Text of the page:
Moral Values and Leadership
Last week I had the opportunity to speak to a distinguished group of people in an intimate living room setting. There were Wexner Heritage Alumni, prominent figures in the Boston Jewish community, colleagues from the Wexner Israel Fellows Class 28 and their spouses. The intention of the gathering was to have a Fellow offer fodder for conversation and I chose to speak about aspects of Israel’s narrative, their connection to moral values and our role as leaders in Israel and beyond.
My personal narrative is a reflection of the Israeli narrative: Son of Gad and Herzelia — a German family, mostly murdered in the Holocaust, joins with an Iraqi family, which fled from the regime’s pogroms to Israel at the beginning of the 1970’s. The German part of my family made Aliya to a Haifa apartment, while the Iraqi side went to the Maabarot, tin huts made mostly for Sephardic immigrants. I was recruited at the age of 18 to the IDF and served in the Golani brigade for six years. In my last position, I was a captain in Israel’s version of West Point, leading and educating future officers. For the last 13 years I’ve been working in the Prime Minister’s Office.
Last fall’s tsunami of terror attacks raging in the streets of major cities in Israel was a trying time and displayed challenges to our moral values. In several anomalies, Israelis took the law in to their own hands and lynched innocent people who they suspected to be terrorists. This does not represent normative Israeli society — I would like to think that we draw lessons from the narrative of persecution that led so many families to Israel, and we strove to build and maintain a country based on human rights, justice and democracy. We can try to understand these lynchings from aspects of fear, social pressure or lack of security on the streets, yet as leaders we should not accept this type of behavior.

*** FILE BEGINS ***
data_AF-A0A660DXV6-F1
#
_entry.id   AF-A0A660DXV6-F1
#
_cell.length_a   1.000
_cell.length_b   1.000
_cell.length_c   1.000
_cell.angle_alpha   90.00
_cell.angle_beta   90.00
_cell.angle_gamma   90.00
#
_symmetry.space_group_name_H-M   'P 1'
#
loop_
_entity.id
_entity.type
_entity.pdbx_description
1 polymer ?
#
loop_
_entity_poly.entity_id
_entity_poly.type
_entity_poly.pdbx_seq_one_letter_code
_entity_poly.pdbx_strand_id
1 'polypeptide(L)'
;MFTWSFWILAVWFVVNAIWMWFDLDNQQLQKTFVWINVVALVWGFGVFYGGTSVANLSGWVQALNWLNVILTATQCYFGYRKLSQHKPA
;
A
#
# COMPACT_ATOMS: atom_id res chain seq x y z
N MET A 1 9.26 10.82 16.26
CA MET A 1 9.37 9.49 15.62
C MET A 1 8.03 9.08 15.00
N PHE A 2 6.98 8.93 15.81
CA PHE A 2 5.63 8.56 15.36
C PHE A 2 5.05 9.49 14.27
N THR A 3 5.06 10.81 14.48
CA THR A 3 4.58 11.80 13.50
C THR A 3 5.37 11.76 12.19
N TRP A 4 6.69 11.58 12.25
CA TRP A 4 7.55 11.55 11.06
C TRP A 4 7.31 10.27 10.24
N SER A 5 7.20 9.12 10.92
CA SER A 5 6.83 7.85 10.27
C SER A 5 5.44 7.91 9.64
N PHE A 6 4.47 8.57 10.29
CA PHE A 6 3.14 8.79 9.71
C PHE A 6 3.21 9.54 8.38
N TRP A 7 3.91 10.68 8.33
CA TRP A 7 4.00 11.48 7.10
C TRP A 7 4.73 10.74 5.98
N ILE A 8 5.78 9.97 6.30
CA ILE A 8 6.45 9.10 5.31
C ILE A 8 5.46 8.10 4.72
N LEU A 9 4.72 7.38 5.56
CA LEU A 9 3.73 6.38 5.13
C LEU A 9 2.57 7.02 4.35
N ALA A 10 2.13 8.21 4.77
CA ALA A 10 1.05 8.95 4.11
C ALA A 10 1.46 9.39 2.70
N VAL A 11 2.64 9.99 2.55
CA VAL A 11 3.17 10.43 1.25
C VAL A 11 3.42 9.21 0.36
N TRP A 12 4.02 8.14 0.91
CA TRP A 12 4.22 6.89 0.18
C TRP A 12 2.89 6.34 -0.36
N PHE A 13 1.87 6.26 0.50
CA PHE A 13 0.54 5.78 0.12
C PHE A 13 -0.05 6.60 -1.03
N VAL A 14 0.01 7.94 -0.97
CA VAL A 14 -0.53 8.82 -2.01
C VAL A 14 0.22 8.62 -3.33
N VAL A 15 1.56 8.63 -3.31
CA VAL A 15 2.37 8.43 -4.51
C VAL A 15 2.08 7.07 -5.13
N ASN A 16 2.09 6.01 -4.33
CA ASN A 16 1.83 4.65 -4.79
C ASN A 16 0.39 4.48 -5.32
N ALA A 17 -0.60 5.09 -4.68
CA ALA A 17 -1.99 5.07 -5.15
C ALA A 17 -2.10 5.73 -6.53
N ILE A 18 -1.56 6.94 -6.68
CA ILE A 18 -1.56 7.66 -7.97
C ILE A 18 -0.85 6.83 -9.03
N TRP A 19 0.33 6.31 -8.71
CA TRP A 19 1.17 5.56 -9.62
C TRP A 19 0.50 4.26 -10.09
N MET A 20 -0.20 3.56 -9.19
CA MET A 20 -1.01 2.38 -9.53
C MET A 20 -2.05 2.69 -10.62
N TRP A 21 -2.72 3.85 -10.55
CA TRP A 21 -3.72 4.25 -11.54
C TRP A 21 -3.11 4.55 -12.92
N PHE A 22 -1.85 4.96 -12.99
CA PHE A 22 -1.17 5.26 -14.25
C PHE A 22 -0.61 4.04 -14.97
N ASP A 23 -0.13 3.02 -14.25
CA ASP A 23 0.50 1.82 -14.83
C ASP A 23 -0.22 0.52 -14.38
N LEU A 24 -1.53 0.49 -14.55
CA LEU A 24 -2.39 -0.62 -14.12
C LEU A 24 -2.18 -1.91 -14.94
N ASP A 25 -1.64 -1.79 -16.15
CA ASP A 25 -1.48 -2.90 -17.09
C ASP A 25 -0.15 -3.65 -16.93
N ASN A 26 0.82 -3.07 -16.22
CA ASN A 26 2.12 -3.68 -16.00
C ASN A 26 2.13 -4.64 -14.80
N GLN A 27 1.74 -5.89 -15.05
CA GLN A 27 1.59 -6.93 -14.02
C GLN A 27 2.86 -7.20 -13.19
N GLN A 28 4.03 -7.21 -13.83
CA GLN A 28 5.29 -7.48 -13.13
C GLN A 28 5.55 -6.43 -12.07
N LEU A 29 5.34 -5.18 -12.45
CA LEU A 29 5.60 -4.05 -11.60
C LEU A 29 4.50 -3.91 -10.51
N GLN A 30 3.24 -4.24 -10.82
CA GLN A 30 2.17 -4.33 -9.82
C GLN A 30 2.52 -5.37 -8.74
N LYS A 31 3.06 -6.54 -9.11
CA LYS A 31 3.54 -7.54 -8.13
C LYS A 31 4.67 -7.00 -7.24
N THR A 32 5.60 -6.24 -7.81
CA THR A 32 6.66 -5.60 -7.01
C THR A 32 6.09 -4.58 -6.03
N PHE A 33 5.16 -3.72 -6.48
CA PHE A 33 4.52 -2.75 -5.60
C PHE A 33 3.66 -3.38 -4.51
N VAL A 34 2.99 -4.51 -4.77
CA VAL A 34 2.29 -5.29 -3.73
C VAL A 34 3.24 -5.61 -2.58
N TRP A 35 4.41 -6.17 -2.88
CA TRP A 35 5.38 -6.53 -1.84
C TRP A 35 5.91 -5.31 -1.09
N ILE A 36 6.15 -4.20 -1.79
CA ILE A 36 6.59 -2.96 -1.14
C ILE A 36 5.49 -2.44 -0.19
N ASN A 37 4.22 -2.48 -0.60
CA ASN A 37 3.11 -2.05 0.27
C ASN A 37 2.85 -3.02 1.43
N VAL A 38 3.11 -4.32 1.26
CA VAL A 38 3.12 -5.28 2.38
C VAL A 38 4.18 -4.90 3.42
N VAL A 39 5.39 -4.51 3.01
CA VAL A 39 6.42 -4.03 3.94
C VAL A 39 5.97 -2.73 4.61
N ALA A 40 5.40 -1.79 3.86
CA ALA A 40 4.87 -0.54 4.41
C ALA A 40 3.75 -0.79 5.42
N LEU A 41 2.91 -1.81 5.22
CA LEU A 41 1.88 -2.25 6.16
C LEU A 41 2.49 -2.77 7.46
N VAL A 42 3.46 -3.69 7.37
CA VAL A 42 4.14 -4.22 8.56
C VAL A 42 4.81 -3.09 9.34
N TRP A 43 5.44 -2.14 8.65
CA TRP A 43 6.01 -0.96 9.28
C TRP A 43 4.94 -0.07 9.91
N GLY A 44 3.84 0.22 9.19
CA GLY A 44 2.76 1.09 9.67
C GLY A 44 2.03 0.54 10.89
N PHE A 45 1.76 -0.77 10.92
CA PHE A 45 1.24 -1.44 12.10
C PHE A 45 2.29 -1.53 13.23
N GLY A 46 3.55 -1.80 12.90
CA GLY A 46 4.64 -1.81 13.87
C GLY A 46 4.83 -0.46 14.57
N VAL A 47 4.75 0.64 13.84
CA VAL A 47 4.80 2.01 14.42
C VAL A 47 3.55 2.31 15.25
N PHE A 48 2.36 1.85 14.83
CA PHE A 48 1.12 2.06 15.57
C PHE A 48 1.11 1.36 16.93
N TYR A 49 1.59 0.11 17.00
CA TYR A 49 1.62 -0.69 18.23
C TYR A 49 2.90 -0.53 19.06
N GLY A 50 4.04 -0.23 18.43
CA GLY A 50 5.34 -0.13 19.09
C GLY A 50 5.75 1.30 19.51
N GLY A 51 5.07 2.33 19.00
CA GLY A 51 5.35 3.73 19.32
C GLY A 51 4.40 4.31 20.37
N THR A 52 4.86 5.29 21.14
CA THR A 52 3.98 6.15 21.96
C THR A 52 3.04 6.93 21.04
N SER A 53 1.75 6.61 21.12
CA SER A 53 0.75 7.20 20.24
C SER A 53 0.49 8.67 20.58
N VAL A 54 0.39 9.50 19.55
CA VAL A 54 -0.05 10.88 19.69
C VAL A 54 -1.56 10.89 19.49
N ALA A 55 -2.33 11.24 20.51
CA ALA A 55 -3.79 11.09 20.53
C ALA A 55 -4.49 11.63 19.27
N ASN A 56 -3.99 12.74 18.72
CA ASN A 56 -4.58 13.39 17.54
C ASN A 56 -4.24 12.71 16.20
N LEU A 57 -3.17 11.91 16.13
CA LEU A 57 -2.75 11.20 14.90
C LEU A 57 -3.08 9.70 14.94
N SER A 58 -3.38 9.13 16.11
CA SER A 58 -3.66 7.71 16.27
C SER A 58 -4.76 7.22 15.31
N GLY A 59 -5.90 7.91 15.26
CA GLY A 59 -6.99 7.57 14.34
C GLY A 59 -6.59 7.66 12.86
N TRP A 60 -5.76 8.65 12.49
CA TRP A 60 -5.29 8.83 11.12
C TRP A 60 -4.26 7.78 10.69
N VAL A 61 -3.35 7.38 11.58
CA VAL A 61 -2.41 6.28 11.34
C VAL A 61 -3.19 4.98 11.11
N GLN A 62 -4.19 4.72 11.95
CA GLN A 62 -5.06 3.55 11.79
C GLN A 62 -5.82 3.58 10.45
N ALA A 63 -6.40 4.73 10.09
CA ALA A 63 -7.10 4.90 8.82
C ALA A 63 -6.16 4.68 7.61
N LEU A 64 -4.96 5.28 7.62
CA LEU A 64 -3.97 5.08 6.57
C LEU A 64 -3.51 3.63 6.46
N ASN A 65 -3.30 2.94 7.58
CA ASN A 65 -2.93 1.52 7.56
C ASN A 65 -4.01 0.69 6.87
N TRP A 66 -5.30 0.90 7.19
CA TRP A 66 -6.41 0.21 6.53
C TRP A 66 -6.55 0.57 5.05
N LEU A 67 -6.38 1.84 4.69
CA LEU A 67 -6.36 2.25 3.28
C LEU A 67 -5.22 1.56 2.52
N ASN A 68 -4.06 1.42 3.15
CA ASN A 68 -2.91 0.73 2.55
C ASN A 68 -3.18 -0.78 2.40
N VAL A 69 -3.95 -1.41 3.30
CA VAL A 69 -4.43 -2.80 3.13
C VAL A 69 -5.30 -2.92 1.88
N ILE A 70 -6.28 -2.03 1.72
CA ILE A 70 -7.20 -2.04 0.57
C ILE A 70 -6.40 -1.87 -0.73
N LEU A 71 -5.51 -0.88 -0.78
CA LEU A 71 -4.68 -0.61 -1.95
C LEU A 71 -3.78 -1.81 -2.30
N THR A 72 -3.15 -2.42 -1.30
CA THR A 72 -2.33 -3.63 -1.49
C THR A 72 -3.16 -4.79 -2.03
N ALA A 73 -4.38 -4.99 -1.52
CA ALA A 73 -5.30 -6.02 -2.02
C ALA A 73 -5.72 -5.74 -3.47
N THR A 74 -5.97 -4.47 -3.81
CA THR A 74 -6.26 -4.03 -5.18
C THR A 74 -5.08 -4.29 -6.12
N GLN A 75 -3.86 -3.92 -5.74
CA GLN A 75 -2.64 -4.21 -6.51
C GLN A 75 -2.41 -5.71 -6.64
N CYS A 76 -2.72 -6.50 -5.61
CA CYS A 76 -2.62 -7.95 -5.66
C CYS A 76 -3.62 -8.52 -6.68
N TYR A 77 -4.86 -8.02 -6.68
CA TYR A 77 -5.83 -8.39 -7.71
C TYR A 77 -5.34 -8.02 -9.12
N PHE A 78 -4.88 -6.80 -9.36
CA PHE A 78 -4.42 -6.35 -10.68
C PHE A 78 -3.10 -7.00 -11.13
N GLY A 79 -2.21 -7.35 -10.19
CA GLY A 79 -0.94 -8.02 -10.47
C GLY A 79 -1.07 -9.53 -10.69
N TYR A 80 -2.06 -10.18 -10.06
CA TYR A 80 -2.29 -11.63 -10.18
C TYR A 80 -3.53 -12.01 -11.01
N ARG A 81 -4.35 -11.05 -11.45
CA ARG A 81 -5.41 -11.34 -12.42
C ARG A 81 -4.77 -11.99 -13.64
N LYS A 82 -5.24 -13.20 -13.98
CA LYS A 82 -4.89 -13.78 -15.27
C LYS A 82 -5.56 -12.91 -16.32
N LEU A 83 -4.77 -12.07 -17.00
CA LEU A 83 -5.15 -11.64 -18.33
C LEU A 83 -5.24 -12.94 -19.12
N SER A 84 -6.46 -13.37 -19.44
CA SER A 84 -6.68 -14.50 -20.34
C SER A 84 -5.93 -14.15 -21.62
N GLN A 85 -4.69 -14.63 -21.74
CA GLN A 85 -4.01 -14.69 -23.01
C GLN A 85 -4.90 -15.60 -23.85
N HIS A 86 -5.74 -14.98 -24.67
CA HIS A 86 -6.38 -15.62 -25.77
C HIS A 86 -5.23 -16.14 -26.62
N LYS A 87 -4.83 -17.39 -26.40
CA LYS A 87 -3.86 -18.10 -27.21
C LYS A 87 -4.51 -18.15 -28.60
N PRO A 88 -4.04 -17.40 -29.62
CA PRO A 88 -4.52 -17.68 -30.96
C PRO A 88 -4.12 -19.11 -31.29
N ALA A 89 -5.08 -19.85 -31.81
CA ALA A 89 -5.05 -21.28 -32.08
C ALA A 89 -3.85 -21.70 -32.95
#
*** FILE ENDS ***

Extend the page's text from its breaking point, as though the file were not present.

I was taught that it is always better to trim grass when it is low, as it becomes harder to control when it grows wild. I see these kinds of events as an opportunity to talk, share fears and concerns and to set the norms of expected behavior from a civil society. Closing our eyes is not an option. We should take a stand by discussing what is right and what is wrong — leaders are judged by their fierce stand during these events. Our obligation is to not be silent nor to prevent these discussions out of fear that it might harm us.
Our first Prime minister, David Ben-Gurion, wrote a letter to my mother at the age of ten which best reflects the role of leaders in creating the set of norms and values that society should build upon to thrive.
14.10.60 Sde-Boker to Herzelia
I received your letter carrying the blessings from you and on behalf of all your schoolfriends.
Thank you from the bottom of my heart — may you grow to be excellent students, grow up for Torah, and pioneer good deeds for the country, the nation, and all humankind.
Alon Avneri, WGF Fellow (Class 28) has served in several management positions in the Prime Minister’s Office since 2003 and is currently the head of a Strategic Planning Department within the organization. He earned a degree in Government, focused on Strategy and Diplomacy, at the Interdisciplinary Center of Herzliya. As an officer in the Israeli Defense Forces and later through his leading positions in the Prime Minister’s Office, he has been devoted to his staff and committed to the organization’s values and high professional standards. He can be reached at firstname.lastname@example.org.